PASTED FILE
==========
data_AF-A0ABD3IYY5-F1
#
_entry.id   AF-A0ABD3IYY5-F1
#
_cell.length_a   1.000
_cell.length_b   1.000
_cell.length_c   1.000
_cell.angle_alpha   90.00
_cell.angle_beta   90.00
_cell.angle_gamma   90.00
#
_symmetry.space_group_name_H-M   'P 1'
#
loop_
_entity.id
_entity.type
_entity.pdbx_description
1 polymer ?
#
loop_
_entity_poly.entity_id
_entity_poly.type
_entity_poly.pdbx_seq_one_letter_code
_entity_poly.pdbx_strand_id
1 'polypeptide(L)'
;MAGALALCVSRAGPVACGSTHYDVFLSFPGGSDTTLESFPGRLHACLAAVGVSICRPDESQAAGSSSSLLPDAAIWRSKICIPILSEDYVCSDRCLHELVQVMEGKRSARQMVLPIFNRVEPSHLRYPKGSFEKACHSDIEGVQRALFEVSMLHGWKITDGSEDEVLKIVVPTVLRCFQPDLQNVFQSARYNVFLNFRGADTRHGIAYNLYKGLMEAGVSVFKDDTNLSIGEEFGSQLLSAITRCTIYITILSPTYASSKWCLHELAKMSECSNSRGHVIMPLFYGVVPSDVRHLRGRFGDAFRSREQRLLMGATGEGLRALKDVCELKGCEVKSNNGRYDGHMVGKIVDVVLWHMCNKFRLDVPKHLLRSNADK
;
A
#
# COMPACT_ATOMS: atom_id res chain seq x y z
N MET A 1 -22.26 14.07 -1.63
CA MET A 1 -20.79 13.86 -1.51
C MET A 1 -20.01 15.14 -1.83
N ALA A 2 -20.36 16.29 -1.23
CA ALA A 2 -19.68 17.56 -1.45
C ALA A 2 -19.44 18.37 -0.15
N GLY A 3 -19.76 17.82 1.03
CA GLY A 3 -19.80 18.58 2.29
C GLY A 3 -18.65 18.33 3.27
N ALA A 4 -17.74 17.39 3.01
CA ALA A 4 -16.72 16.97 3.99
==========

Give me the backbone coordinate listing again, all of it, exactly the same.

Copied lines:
data_AF-A0ABD3IYY5-F1
#
_entry.id   AF-A0ABD3IYY5-F1
#
_cell.length_a   1.000
_cell.length_b   1.000
_cell.length_c   1.000
_cell.angle_alpha   90.00
_cell.angle_beta   90.00
_cell.angle_gamma   90.00
#
_symmetry.space_group_name_H-M   'P 1'
#
loop_
_entity.id
_entity.type
_entity.pdbx_description
1 polymer ?
#
loop_
_entity_poly.entity_id
_entity_poly.type
_entity_poly.pdbx_seq_one_letter_code
_entity_poly.pdbx_strand_id
1 'polypeptide(L)'
;MAGALALCVSRAGPVACGSTHYDVFLSFPGGSDTTLESFPGRLHACLAAVGVSICRPDESQAAGSSSSLLPDAAIWRSKICIPILSEDYVCSDRCLHELVQVMEGKRSARQMVLPIFNRVEPSHLRYPKGSFEKACHSDIEGVQRALFEVSMLHGWKITDGSEDEVLKIVVPTVLRCFQPDLQNVFQSARYNVFLNFRGADTRHGIAYNLYKGLMEAGVSVFKDDTNLSIGEEFGSQLLSAITRCTIYITILSPTYASSKWCLHELAKMSECSNSRGHVIMPLFYGVVPSDVRHLRGRFGDAFRSREQRLLMGATGEGLRALKDVCELKGCEVKSNNGRYDGHMVGKIVDVVLWHMCNKFRLDVPKHLLRSNADK
;
A
#
# COMPACT_ATOMS: atom_id res chain seq x y z
N MET A 1 -22.26 14.07 -1.63
CA MET A 1 -20.79 13.86 -1.51
C MET A 1 -20.01 15.14 -1.83
N ALA A 2 -20.36 16.29 -1.23
CA ALA A 2 -19.68 17.56 -1.45
C ALA A 2 -19.44 18.37 -0.15
N GLY A 3 -19.76 17.82 1.03
CA GLY A 3 -19.80 18.58 2.29
C GLY A 3 -18.65 18.33 3.27
N ALA A 4 -17.74 17.39 3.01
CA ALA A 4 -16.72 16.97 3.99